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Saturday, October 22, 2011

Troika blues

Just a couple of brief comments on the 'Troika' report that's now been out in the public domain for over 24 hours (through various leaks). Linkiesta has the text of the report here.

Just to recap: the European Commission, the IMF and the European Central Bank - the so-called Troika - released (or leaked) their report yesterday and today, on the state of Greece's debt. It is a seriously damning account of the Greek economy (in parallel with reading the Troika report, it's worth re-visiting our briefing on the second Greek bailout). The report basically sets out how Greece would need far more in assistance than previously thought - possibly around half a trillion euros - in absence of far-reaching private sector write downs on the country's debt. As we argued in a report published earlier in the week, and as the Troika have now essentially admitted, private creditors would have to take a 60% haircut on their bonds, in order for Greece to have any chance to return to debt sustainability.

We found this part of the Troika report particularly interesting:
“In keeping with experience to date under the programme, it is assumed that
Greece takes longer to implement structural reforms, and that a longer time frame
is necessary for them to yield macroeconomic dividends...A longer and more
severe recession is thus assumed.”
Basically, the Troika report drops all pretenses, and acknowledges that Greece can't meet the conditions and commitments agreed under the first (and second) rescue packages - it's just a case of accepting that and moving on. It is incredibly telling that this assumption forms part of the troika's baseline (expected) scenario.

Furthermore, the report states that even with a 60% haircut, Greece's debt will still amount to 110% of GDP by 2020, including €115bn which the troika expect Greece to receive from the second bailout(remember currently currently only totals €109bn). In other words, to avoid a further deterioration of Greece's debt, the second bailout as well as the level of private sector involvement will have to increase in size.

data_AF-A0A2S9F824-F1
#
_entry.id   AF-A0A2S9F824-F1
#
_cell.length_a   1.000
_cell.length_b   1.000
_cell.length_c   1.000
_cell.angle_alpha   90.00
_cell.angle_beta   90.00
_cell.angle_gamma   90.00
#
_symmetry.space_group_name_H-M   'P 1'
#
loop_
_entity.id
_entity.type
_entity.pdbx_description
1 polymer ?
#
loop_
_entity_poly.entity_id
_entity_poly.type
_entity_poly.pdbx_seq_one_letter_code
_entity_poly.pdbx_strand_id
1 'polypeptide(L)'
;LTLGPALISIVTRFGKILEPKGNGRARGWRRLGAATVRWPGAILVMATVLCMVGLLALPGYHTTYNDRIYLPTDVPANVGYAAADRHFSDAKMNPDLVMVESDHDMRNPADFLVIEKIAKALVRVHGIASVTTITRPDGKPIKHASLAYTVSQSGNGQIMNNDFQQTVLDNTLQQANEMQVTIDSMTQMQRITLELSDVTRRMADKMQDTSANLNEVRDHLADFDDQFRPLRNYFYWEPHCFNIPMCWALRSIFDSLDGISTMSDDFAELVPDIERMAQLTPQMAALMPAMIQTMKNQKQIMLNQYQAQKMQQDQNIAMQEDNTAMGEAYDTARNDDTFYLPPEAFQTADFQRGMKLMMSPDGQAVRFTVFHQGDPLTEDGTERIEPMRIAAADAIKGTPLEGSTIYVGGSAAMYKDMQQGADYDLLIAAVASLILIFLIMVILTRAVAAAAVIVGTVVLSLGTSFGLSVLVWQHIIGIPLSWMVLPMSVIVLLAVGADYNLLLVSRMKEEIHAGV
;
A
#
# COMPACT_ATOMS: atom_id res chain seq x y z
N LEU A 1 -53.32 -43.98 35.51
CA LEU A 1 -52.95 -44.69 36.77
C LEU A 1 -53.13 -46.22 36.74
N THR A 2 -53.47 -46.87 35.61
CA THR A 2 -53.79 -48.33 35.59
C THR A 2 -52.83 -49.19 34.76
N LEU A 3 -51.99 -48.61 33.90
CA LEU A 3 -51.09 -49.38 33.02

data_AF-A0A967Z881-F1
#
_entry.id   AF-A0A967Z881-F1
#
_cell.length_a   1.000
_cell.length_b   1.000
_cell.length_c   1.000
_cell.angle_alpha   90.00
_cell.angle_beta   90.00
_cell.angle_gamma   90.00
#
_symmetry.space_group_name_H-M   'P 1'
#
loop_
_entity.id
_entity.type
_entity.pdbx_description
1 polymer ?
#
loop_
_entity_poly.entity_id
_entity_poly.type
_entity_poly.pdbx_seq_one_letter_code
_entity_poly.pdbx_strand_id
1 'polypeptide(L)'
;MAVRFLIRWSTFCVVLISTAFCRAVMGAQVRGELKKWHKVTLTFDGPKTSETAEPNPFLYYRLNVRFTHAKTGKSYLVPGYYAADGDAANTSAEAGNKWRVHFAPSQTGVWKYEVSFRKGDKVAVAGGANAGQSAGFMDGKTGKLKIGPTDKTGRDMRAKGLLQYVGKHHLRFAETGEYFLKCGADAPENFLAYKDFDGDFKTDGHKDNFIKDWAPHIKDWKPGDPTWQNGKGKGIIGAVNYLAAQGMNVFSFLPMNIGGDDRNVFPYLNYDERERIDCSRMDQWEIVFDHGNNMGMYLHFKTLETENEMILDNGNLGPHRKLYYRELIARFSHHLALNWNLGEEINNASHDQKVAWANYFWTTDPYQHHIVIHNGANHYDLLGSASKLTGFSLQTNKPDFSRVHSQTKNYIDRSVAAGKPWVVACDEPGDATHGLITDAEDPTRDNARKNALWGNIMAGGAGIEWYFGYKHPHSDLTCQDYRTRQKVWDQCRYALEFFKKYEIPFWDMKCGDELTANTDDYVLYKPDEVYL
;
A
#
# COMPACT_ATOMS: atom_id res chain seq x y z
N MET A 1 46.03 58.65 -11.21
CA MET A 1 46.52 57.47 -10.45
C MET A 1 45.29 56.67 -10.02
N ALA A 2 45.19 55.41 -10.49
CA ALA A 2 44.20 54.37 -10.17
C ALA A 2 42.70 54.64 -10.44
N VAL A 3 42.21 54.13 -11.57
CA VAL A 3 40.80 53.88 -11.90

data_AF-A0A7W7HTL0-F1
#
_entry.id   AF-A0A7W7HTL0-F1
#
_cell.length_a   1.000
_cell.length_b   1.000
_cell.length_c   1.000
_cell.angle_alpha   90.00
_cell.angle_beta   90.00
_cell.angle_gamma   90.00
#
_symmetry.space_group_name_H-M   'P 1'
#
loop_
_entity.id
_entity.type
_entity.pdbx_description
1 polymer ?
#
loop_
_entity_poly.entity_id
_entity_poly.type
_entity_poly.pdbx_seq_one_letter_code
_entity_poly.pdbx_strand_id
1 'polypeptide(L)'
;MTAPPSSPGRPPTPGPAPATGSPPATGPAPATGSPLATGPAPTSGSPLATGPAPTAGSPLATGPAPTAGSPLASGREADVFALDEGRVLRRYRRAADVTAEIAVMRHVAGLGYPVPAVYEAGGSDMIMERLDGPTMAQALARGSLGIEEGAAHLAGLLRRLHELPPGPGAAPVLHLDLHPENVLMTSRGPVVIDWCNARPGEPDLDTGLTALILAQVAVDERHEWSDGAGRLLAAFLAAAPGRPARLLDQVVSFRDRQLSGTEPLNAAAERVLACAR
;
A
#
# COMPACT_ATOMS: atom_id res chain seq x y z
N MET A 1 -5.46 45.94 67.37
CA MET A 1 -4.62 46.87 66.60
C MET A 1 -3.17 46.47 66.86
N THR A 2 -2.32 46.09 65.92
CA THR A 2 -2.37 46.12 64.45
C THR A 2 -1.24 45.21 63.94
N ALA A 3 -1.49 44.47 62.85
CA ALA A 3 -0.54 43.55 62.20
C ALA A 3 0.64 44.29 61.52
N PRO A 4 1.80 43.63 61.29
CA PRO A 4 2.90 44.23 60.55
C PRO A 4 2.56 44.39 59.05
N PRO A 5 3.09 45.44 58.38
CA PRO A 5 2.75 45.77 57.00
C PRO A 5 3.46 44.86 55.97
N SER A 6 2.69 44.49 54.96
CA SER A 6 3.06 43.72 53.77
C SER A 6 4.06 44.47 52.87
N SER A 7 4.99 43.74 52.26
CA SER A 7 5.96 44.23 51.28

Translation: Prepare for another round of hugely painful and frustrating negotiations, between governments, ECB, IMF, Commission and the banks....

In a sort of twisted hat tip to this upcoming strife, one of the footnotes states: "The ECB does not agree with the inclusion of these illustrative scenarios concerning a deeper PSI in this report." Apparently, the ECB and the IMF didn't quite see eye to eye on the level of write downs bondholders should face and Greece's debt sustainability. Forgive us, but given the IMF's extensive experience in the matter we slightly inclined to side with them on this one.

As Paul Mason did a good job of illustrating on yesterday's Newsnight, the chart (on p. 3) comparing the debt sustainability, according to the Troika's updated figures, to the equivalent analysis in the previous Troika report is fairly damning as well. Either the Troika got it completely wrong previously or things have got massively worse (probably both). In combination, this seems to suggest that Greece won't be able to return to the market until 2020, even with the help of a second bailout.

And yet, the Troika seems to suggest - echoing some EU leaders and the ECB - that Greece can avoid a default - even on the back of that report. That can only be described as an insult to the intelligence.

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